Dr. Clinton: You know, I have some fond memories growing up and being in those kinds of groups. Learning how to tie knots to camping out, having fires, getting out in the woods. Those are some great days.

Mark Hancock: They really are. And when you get outdoors with the boys, especially in today’s environment with the electronics and the digital age that we live in, you get the boys outdoors and they’re really exposed to something new. And the father can actually have the opportunity to mentor his son and teach his son things that he doesn’t know. So, it’s a great opportunity for dads and sons, and also for boys who don’t have dads.

In our organization, we have 8,000 volunteer leaders and they’re background checked, child safety youth protection trained, they have personal references in order to be part of the organization. So, we have a lot of men who are concerned about the next generation of boys and about them missing the opportunity for character and leadership growth. And so, they’ll join a troop as a leader and they’ll help to mentor these boys.

Dr. Clinton: (When boys and men are outdoors) There’s a chemistry and there’s a dynamic that begins to take place. We like to each year make our way up into Pennsylvania as a family and a group of us. And we get outside and we go hunting together. But we go and we stay a few days at the camp.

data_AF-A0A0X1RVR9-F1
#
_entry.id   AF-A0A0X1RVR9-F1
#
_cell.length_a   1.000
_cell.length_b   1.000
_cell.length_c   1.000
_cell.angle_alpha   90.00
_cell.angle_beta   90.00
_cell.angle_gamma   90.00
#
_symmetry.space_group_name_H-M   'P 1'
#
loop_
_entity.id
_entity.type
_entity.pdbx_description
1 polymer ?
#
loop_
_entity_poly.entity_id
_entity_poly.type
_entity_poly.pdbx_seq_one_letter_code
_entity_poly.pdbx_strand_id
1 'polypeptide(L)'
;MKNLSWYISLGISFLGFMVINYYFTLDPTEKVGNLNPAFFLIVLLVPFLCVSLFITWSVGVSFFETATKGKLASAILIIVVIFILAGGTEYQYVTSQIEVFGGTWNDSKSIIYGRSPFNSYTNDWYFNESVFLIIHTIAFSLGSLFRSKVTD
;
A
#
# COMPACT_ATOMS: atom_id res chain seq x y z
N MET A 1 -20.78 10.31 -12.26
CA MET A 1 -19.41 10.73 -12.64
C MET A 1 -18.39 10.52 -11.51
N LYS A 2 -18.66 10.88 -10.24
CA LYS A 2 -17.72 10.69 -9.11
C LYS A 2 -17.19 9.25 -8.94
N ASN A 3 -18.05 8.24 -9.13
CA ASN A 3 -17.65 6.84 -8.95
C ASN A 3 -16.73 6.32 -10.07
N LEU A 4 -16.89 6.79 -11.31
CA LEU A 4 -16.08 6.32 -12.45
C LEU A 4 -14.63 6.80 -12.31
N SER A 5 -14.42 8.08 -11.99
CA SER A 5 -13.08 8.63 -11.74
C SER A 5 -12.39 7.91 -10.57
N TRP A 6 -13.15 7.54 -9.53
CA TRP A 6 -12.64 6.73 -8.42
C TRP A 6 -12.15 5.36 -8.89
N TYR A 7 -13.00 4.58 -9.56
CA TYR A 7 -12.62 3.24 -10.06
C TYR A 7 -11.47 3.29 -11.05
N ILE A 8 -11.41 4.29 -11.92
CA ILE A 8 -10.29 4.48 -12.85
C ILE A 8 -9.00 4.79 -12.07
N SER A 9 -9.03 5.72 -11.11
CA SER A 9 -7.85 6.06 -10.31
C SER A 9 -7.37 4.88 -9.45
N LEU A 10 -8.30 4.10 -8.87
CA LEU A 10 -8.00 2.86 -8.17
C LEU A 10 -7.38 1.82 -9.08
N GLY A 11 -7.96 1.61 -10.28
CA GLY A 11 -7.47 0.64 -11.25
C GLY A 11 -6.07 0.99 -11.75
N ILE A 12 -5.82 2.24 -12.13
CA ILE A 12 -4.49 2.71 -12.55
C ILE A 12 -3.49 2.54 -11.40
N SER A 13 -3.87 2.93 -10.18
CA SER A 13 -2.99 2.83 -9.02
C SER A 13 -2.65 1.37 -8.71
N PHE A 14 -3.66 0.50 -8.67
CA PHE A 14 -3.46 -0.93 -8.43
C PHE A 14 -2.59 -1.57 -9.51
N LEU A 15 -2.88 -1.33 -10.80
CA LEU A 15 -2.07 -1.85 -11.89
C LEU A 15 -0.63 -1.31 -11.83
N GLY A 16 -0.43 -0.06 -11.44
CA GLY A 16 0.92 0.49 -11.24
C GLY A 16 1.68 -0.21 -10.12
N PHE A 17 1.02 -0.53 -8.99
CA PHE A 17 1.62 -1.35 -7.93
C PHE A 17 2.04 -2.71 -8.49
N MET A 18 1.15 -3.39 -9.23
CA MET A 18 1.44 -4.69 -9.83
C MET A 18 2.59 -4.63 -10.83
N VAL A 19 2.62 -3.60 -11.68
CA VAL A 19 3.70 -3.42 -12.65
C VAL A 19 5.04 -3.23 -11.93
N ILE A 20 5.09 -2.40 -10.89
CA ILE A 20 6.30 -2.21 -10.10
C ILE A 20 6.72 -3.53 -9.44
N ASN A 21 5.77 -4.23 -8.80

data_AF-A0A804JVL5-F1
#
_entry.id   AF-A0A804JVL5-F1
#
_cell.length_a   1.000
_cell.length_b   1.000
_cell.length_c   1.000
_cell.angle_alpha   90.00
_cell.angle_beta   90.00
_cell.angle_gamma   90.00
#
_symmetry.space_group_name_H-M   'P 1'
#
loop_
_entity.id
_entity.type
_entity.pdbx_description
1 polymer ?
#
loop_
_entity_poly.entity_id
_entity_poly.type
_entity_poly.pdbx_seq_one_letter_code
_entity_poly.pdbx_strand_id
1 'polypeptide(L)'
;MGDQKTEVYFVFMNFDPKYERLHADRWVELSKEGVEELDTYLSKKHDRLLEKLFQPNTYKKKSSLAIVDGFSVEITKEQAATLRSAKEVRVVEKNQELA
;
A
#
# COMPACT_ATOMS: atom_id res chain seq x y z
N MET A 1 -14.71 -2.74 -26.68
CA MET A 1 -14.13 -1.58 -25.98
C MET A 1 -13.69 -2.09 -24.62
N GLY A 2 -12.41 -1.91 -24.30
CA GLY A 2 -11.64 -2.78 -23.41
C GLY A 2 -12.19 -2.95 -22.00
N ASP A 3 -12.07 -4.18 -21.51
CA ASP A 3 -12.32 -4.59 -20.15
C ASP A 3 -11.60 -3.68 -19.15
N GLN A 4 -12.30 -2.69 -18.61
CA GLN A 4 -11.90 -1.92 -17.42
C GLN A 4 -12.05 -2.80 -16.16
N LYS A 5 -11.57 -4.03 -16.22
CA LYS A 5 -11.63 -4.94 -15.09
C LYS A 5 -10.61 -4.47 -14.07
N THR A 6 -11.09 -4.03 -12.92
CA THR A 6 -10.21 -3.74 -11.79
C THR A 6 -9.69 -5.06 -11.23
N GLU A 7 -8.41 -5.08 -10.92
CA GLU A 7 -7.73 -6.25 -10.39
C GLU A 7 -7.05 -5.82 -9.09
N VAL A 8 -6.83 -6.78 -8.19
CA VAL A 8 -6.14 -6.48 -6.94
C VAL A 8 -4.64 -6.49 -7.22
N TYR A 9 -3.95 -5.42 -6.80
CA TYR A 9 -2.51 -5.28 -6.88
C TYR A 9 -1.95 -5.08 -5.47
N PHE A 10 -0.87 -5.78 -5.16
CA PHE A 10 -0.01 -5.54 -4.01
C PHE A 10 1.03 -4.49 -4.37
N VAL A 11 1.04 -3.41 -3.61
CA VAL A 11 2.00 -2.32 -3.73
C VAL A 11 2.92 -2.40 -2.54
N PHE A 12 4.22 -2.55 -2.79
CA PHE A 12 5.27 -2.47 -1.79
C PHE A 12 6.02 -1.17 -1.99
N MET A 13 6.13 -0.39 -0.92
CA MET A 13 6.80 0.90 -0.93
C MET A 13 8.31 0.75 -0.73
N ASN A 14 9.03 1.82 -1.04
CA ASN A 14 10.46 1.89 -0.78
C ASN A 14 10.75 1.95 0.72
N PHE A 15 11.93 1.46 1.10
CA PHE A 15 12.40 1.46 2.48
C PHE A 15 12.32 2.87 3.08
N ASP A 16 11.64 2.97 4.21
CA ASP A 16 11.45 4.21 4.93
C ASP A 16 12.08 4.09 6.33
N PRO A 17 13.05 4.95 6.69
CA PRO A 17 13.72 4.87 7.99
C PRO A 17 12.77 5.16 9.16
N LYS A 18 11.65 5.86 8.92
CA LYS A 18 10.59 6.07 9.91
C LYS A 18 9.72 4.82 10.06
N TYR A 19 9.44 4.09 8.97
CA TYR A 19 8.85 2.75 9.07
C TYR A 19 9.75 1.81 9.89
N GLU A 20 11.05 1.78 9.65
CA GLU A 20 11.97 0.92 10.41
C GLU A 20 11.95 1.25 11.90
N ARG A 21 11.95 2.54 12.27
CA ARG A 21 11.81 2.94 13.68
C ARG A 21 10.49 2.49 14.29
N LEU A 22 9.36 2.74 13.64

And what happens at that camp during those couple of days, especially … like, my son, Zack, growing up there. He has such fond memories of conversations that took place around a fire, getting out and working with their hands, developing strategies about how we’re going to approach different situations. From riding four wheelers to, I mean, getting in the “crick” is what we call it, not creek, but the “crick” up in Pennsylvania.

Mark Hancock: Yeah, absolutely.

Dr. Clinton: That’s what you’re trying to recreate?

Mark Hancock: Yes. Outdoor adventure provides a great opportunity for learning the type of character lessons and leadership lessons that they’re not getting anywhere else. Where else in our society do boys get to lead other boys? You just don’t see that.

Dr. Clinton: Mark, boys have kind of lost their way. Some people call it Lost Boy Syndrome. And some relate it back to this epidemic of fatherlessness. Talk to us about the significance of dad from where you sit when you see these boys. A lot of those boys who come don’t have a dad.

Mark Hancock: No, they don’t. You can look at a boy who’s faltering and you can attribute it to a lot of different things. But so many times we get to witness a boy who’s suddenly succeeding and it’s because a man has entered that boy’s life and taking that father-like role.